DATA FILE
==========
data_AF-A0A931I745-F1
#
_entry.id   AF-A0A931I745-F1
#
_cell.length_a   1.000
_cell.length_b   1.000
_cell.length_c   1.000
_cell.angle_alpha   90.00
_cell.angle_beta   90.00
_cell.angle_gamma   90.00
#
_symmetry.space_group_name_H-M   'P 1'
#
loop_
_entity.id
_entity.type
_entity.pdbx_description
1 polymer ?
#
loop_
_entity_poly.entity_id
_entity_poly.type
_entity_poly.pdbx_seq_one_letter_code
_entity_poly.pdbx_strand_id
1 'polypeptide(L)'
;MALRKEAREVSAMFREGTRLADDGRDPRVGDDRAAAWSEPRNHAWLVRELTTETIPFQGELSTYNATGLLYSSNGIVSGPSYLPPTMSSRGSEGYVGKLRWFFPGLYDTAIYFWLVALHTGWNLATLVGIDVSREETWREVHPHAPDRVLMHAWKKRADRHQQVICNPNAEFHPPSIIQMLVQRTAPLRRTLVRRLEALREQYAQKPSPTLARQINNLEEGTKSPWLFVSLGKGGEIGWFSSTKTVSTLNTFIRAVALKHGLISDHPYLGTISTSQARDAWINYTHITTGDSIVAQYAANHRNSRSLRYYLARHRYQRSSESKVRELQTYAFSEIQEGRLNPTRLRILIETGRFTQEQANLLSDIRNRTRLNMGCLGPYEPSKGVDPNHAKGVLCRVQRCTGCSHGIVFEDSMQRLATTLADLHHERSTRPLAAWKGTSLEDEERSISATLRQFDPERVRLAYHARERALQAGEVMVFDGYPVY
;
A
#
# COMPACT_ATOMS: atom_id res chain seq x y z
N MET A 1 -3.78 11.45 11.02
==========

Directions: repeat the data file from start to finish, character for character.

data_AF-A0A931I745-F1
#
_entry.id   AF-A0A931I745-F1
#
_cell.length_a   1.000
_cell.length_b   1.000
_cell.length_c   1.000
_cell.angle_alpha   90.00
_cell.angle_beta   90.00
_cell.angle_gamma   90.00
#
_symmetry.space_group_name_H-M   'P 1'
#
loop_
_entity.id
_entity.type
_entity.pdbx_description
1 polymer ?
#
loop_
_entity_poly.entity_id
_entity_poly.type
_entity_poly.pdbx_seq_one_letter_code
_entity_poly.pdbx_strand_id
1 'polypeptide(L)'
;MALRKEAREVSAMFREGTRLADDGRDPRVGDDRAAAWSEPRNHAWLVRELTTETIPFQGELSTYNATGLLYSSNGIVSGPSYLPPTMSSRGSEGYVGKLRWFFPGLYDTAIYFWLVALHTGWNLATLVGIDVSREETWREVHPHAPDRVLMHAWKKRADRHQQVICNPNAEFHPPSIIQMLVQRTAPLRRTLVRRLEALREQYAQKPSPTLARQINNLEEGTKSPWLFVSLGKGGEIGWFSSTKTVSTLNTFIRAVALKHGLISDHPYLGTISTSQARDAWINYTHITTGDSIVAQYAANHRNSRSLRYYLARHRYQRSSESKVRELQTYAFSEIQEGRLNPTRLRILIETGRFTQEQANLLSDIRNRTRLNMGCLGPYEPSKGVDPNHAKGVLCRVQRCTGCSHGIVFEDSMQRLATTLADLHHERSTRPLAAWKGTSLEDEERSISATLRQFDPERVRLAYHARERALQAGEVMVFDGYPVY
;
A
#
# COMPACT_ATOMS: atom_id res chain seq x y z
N MET A 1 -3.78 11.45 11.02